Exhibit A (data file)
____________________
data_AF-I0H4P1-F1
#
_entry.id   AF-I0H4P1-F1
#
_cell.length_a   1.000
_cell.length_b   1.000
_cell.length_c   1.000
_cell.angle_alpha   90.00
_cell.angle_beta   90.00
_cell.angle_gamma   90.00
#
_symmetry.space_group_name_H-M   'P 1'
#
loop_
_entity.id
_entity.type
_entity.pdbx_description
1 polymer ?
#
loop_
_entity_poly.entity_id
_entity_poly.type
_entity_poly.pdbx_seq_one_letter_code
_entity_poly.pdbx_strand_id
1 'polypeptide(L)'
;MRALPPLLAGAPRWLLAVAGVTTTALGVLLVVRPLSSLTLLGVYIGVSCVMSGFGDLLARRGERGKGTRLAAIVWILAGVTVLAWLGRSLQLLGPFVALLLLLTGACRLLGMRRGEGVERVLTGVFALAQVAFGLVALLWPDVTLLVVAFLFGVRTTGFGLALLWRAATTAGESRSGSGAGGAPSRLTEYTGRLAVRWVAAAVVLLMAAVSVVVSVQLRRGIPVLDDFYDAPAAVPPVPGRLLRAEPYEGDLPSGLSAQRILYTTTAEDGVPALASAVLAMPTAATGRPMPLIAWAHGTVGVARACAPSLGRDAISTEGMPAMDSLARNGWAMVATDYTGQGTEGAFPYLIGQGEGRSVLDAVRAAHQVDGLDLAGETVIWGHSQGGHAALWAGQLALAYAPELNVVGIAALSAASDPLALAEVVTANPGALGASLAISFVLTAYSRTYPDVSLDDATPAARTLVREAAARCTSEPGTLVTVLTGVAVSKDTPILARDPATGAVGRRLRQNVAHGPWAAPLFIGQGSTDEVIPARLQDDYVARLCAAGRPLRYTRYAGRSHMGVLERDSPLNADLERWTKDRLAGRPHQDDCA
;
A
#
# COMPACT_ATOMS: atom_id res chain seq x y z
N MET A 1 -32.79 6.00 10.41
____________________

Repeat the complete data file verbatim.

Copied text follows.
data_AF-I0H4P1-F1
#
_entry.id   AF-I0H4P1-F1
#
_cell.length_a   1.000
_cell.length_b   1.000
_cell.length_c   1.000
_cell.angle_alpha   90.00
_cell.angle_beta   90.00
_cell.angle_gamma   90.00
#
_symmetry.space_group_name_H-M   'P 1'
#
loop_
_entity.id
_entity.type
_entity.pdbx_description
1 polymer ?
#
loop_
_entity_poly.entity_id
_entity_poly.type
_entity_poly.pdbx_seq_one_letter_code
_entity_poly.pdbx_strand_id
1 'polypeptide(L)'
;MRALPPLLAGAPRWLLAVAGVTTTALGVLLVVRPLSSLTLLGVYIGVSCVMSGFGDLLARRGERGKGTRLAAIVWILAGVTVLAWLGRSLQLLGPFVALLLLLTGACRLLGMRRGEGVERVLTGVFALAQVAFGLVALLWPDVTLLVVAFLFGVRTTGFGLALLWRAATTAGESRSGSGAGGAPSRLTEYTGRLAVRWVAAAVVLLMAAVSVVVSVQLRRGIPVLDDFYDAPAAVPPVPGRLLRAEPYEGDLPSGLSAQRILYTTTAEDGVPALASAVLAMPTAATGRPMPLIAWAHGTVGVARACAPSLGRDAISTEGMPAMDSLARNGWAMVATDYTGQGTEGAFPYLIGQGEGRSVLDAVRAAHQVDGLDLAGETVIWGHSQGGHAALWAGQLALAYAPELNVVGIAALSAASDPLALAEVVTANPGALGASLAISFVLTAYSRTYPDVSLDDATPAARTLVREAAARCTSEPGTLVTVLTGVAVSKDTPILARDPATGAVGRRLRQNVAHGPWAAPLFIGQGSTDEVIPARLQDDYVARLCAAGRPLRYTRYAGRSHMGVLERDSPLNADLERWTKDRLAGRPHQDDCA
;
A
#
# COMPACT_ATOMS: atom_id res chain seq x y z
N MET A 1 -32.79 6.00 10.41